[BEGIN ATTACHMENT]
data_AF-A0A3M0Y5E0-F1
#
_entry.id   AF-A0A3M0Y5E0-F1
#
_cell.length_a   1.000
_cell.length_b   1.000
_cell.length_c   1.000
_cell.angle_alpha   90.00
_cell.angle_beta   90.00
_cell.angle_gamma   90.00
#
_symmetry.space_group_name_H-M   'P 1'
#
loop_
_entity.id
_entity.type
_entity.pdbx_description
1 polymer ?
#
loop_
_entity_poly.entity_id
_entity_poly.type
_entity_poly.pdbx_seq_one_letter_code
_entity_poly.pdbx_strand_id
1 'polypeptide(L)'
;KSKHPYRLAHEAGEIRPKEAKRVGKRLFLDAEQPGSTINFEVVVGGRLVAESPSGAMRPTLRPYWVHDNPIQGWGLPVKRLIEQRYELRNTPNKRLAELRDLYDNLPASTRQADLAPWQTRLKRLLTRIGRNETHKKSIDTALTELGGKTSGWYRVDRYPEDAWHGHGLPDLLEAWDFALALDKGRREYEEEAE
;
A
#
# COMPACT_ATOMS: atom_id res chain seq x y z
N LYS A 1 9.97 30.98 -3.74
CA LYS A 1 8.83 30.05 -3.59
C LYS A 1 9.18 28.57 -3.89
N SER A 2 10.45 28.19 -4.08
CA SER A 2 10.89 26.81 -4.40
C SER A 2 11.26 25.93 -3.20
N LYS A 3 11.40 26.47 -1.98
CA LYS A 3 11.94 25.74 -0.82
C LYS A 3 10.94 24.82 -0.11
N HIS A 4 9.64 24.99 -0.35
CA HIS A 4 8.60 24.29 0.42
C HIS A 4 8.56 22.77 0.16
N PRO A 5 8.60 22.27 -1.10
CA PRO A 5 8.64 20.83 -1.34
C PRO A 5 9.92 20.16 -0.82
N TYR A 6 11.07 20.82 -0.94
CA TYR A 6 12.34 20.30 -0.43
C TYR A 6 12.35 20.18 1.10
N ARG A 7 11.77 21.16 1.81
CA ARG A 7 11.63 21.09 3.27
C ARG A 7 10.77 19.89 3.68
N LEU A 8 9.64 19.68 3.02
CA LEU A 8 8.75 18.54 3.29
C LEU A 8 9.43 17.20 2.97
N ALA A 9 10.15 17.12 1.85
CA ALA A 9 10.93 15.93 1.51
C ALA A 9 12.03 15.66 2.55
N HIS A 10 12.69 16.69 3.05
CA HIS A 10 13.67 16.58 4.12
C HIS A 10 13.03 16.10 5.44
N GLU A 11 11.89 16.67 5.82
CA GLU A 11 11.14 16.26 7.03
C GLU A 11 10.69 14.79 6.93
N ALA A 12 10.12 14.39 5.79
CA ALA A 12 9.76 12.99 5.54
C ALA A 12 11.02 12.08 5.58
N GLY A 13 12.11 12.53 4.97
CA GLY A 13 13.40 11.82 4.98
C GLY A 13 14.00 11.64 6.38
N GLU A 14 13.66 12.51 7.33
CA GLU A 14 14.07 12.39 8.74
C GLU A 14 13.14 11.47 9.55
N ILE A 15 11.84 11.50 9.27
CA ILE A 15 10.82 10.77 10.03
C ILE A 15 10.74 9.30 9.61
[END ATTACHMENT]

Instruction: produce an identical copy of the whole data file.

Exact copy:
data_AF-A0A3M0Y5E0-F1
#
_entry.id   AF-A0A3M0Y5E0-F1
#
_cell.length_a   1.000
_cell.length_b   1.000
_cell.length_c   1.000
_cell.angle_alpha   90.00
_cell.angle_beta   90.00
_cell.angle_gamma   90.00
#
_symmetry.space_group_name_H-M   'P 1'
#
loop_
_entity.id
_entity.type
_entity.pdbx_description
1 polymer ?
#
loop_
_entity_poly.entity_id
_entity_poly.type
_entity_poly.pdbx_seq_one_letter_code
_entity_poly.pdbx_strand_id
1 'polypeptide(L)'
;KSKHPYRLAHEAGEIRPKEAKRVGKRLFLDAEQPGSTINFEVVVGGRLVAESPSGAMRPTLRPYWVHDNPIQGWGLPVKRLIEQRYELRNTPNKRLAELRDLYDNLPASTRQADLAPWQTRLKRLLTRIGRNETHKKSIDTALTELGGKTSGWYRVDRYPEDAWHGHGLPDLLEAWDFALALDKGRREYEEEAE
;
A
#
# COMPACT_ATOMS: atom_id res chain seq x y z
N LYS A 1 9.97 30.98 -3.74
CA LYS A 1 8.83 30.05 -3.59
C LYS A 1 9.18 28.57 -3.89
N SER A 2 10.45 28.19 -4.08
CA SER A 2 10.89 26.81 -4.40
C SER A 2 11.26 25.93 -3.20
N LYS A 3 11.40 26.47 -1.98
CA LYS A 3 11.94 25.74 -0.82
C LYS A 3 10.94 24.82 -0.11
N HIS A 4 9.64 24.99 -0.35
CA HIS A 4 8.60 24.29 0.42
C HIS A 4 8.56 22.77 0.16
N PRO A 5 8.60 22.27 -1.10
CA PRO A 5 8.64 20.83 -1.34
C PRO A 5 9.92 20.16 -0.82
N TYR A 6 11.07 20.82 -0.94
CA TYR A 6 12.34 20.30 -0.43
C TYR A 6 12.35 20.18 1.10
N ARG A 7 11.77 21.16 1.81
CA ARG A 7 11.63 21.09 3.27
C ARG A 7 10.77 19.89 3.68
N LEU A 8 9.64 19.68 3.02
CA LEU A 8 8.75 18.54 3.29
C LEU A 8 9.43 17.20 2.97
N ALA A 9 10.15 17.12 1.85
CA ALA A 9 10.93 15.93 1.51
C ALA A 9 12.03 15.66 2.55
N HIS A 10 12.69 16.69 3.05
CA HIS A 10 13.67 16.58 4.12
C HIS A 10 13.03 16.10 5.44
N GLU A 11 11.89 16.67 5.82
CA GLU A 11 11.14 16.26 7.03
C GLU A 11 10.69 14.79 6.93
N ALA A 12 10.12 14.39 5.79
CA ALA A 12 9.76 12.99 5.54
C ALA A 12 11.02 12.08 5.58
N GLY A 13 12.11 12.53 4.97
CA GLY A 13 13.40 11.82 4.98
C GLY A 13 14.00 11.64 6.38
N GLU A 14 13.66 12.51 7.33
CA GLU A 14 14.07 12.39 8.74
C GLU A 14 13.14 11.47 9.55
N ILE A 15 11.84 11.50 9.27
CA ILE A 15 10.82 10.77 10.03
C ILE A 15 10.74 9.30 9.61